17 August 2012, Development - Rules of Writing, Characters of Centurion, Design in Plot
Introduction: I wrote the novel Aksinya: Enchantment and the Daemon. This was my 21st novel and through this blog, I gave you the entire novel in installments that included commentary on the writing. In the commentary, in addition to other general information on writing, I explained, how the novel was constructed, the metaphors and symbols in it, the writing techniques and tricks I used, and the way I built the scenes. You can look back through this blog and read the entire novel beginning with http://www.pilotlion.blogspot.com/2010/10/new-novel-part-3-girl-and-demon.html.
I'm using this novel as an example of how I produce, market, and eventually (we hope) get a novel published. I'll keep you informed along the way.
Here are my rules of writing:
1. Entertain your readers.
2. Don't confuse your readers.
3. Ground your readers in the writing.
4. Don't show (or tell) everything.
All language is symbols. Therefore it shouldn't surprise you that your writing should include higher level symbols. What are higher level symbols? I mentioned before the cross as a symbol. The cross is a higher level symbol--a symbol that doesn't depend on language. Symbols can be ready made or author made symbols. Some symbols are a mix.
Back to Centurion with this idea that the characters support the theme but are necessary to the plot. The protagonist of Centurion, Abenadar is both necessary to the theme and to the plot. He, as the protagonist, is literally the glue that holds the novel together. Likewise, in the example I used yesterday, Dana-ana, Dana-ana is the glue that holds the novel together--she is necessary to the plot and the theme. In both of these novels, the other characters are only necessary to the plot, but support the theme.
Let's look at Centurion. The protagonist's helper, Ruth, is an important character through the last half of the novel. She is the woman that Abenadar rescues from the streets of Jerusalem. She is the woman he longed for in his life. She becomes a necessary part of the plot, but she is not necessary to the theme. The novel could progress within the theme without her, but not the plot. Ruth additionally becomes a symbol in the writing of Adenadar's dependency on others. This idea supports the theme and is necessary to the plot.
An author develops the plot and the characters within the plot to support the theme. To write, then, you must first have a theme, you develop the characters, and you then weave them into the plot. The last step is sometimes coincident. For example, when I was writing Centurion, I knew there would be a Ruth character from the beginning. I designed the plot to introduce her and build her relationship with Abenadar. The scenes are both touching and fit well with the theme.
On the other hand, another Centurion who causes Abenadar problems was not in my list of characters or plot design. I built him into the plot to provide a reason for Abenadar to rescue another Roman patrol. This kind of character development on the fly is necessary to some degree for all novels. Most of the time, this kind of character is secondary or tertiary. I developed this Centurion who causes Adenadar problems to build on the theme of Abenadar's skill and the trust his leaders placed in him. In this way, this centurion supports the theme and became necessary to the plot. The plot is based in Abenadar saving this other centurion's life and century. Later, this centurion tries to have Abenadar murdered. This event precipitates many theme points and plot events which move the novel toward its ultimate conclusion.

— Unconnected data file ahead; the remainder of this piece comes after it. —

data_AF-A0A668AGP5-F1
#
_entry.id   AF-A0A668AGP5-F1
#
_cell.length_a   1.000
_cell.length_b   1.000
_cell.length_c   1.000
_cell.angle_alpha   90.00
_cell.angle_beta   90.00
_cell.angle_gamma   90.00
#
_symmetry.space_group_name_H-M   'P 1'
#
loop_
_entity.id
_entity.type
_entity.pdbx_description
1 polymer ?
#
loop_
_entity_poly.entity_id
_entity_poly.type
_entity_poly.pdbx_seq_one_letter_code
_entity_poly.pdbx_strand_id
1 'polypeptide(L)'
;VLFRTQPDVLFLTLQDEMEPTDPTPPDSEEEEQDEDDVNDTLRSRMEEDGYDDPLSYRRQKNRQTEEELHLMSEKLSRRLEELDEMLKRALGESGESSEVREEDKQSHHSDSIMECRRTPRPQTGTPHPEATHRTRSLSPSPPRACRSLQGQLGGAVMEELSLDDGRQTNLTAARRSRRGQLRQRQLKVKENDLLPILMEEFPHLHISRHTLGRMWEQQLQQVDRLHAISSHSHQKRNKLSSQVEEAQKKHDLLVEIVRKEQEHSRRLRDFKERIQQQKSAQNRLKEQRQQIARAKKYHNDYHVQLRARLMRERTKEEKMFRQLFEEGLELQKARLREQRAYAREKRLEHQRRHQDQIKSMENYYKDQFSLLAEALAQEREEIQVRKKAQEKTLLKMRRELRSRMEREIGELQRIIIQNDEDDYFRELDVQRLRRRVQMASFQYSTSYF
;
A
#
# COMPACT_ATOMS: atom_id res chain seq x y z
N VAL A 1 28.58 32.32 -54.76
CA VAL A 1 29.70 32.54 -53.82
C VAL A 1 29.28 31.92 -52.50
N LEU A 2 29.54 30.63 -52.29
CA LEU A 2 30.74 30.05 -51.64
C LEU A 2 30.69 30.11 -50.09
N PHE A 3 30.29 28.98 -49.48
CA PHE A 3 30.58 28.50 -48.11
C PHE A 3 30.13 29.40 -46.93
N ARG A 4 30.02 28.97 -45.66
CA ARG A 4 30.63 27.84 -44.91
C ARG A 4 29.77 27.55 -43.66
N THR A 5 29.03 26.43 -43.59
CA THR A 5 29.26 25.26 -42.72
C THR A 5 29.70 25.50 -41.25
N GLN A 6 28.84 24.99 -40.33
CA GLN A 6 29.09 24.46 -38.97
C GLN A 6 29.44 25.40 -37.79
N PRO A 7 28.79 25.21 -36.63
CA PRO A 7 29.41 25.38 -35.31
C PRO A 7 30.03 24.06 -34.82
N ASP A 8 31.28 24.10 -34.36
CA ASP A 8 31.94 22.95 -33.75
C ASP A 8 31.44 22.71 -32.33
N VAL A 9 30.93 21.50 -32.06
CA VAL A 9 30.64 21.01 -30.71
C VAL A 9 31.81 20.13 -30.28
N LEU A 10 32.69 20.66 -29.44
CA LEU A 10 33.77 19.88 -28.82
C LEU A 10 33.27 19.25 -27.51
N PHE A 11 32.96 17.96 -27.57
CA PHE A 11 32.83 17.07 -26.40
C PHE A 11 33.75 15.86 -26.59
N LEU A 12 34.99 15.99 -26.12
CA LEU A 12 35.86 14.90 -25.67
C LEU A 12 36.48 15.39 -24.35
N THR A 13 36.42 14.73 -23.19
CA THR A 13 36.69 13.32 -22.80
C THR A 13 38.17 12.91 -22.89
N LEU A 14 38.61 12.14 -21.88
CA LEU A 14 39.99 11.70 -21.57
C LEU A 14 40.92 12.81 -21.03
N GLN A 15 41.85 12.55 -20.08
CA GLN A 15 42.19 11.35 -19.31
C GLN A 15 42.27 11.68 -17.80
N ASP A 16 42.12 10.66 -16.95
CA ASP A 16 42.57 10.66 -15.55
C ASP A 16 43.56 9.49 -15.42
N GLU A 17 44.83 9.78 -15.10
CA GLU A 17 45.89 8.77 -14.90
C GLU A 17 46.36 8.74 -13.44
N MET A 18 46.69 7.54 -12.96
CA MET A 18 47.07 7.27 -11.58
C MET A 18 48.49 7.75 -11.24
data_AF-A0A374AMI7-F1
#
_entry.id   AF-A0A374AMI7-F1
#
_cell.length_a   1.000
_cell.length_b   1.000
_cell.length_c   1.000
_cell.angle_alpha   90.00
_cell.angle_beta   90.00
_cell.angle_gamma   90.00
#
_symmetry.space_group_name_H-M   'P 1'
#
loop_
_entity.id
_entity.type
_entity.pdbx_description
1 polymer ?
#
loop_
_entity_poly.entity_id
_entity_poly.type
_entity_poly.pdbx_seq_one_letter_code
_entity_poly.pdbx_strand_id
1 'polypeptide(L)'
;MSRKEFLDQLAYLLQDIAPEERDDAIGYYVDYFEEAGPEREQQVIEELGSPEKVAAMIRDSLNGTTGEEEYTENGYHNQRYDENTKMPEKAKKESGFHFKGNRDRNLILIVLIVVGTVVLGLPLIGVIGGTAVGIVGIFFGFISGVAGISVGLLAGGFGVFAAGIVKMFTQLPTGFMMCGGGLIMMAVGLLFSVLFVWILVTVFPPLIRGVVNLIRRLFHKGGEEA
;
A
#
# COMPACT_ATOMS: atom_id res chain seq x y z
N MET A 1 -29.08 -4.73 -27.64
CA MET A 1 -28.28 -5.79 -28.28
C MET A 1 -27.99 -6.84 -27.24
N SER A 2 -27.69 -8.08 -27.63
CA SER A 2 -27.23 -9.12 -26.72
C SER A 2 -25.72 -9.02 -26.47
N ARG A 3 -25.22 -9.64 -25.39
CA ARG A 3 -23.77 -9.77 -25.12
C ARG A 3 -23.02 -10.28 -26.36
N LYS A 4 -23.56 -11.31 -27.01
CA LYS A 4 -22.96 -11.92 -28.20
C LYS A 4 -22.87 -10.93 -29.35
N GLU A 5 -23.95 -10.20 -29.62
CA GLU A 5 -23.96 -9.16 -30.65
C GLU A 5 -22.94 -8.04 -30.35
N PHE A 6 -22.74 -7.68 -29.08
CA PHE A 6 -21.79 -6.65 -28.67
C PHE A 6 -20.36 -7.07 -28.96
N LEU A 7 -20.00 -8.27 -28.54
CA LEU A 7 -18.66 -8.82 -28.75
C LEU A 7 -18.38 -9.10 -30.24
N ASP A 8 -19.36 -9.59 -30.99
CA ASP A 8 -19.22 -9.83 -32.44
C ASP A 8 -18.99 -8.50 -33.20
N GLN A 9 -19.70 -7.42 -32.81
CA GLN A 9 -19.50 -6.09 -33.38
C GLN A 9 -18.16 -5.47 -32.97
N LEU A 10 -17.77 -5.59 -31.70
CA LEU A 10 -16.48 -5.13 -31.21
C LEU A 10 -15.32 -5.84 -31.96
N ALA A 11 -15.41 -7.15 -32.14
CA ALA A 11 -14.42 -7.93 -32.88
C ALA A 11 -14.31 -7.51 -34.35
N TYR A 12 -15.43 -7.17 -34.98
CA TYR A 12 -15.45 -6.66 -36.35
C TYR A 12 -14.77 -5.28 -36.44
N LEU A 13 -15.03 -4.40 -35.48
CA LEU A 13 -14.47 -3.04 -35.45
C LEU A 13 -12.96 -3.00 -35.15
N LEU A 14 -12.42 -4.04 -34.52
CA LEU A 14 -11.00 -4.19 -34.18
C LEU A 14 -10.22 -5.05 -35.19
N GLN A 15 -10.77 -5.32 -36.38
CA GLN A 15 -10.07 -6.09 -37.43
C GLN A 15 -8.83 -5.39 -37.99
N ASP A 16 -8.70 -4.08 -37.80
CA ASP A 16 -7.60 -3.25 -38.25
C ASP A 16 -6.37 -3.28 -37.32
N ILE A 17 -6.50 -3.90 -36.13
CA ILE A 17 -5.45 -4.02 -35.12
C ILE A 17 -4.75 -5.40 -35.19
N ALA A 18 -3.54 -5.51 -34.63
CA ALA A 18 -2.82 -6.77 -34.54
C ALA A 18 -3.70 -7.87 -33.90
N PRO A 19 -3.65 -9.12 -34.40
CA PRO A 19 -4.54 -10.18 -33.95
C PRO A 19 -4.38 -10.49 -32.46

As another example of character development as necessary, in the novel, Aksinya, the four senior girls at Akinsya and Natalya's table were planned and designed into the plot. I didn't know who they were, their names, descriptions, etc. until I arrived at their introduction in the plot. At that moment of their conception, they became necessary to the plot and they were supporting of the theme. Another character, the witness of Akisnya's sorcery when she saved Natalya and Sister Margarete from rape, was a character developed on the fly for the plot. The plot was designed with such a character in mind, but not until necessary did I develop him.
Thus, keep this in mind, the characters must support the theme and be necessary to the plot. I'll go into more detail in the character development, tomorrow.
There is much more to writing without confusing your readers. I'll write about that tomorrow. The following is a question asked by one of my readers. I'm going to address this over time: Please elaborate on scene, theme, plot, character development in a new novel creation....ie, the framework, the development, order if operation, the level of detail, guidelines, rule of thumb, tricks, traps and techniques. To what extent do you outline the historic context, culture, mannerism, speech, dress and thought process of the main characters, in a historic novel...in order to maintain integrity, and gradually (help) reveal attributes of a character in the story, or otherwise clarify the plot, scene, transition, tension or resolution?
I'll repeat my published novel websites so you can see more examples: http://www.ldalford.com/, and the individual novel websites: http://www.aegyptnovel.com/, http://www.centurionnovel.com/, http://www.thesecondmission.com/, http://www.theendofhonor.com/, http://www.thefoxshonorhttp://www.aseasonofhonor.com/.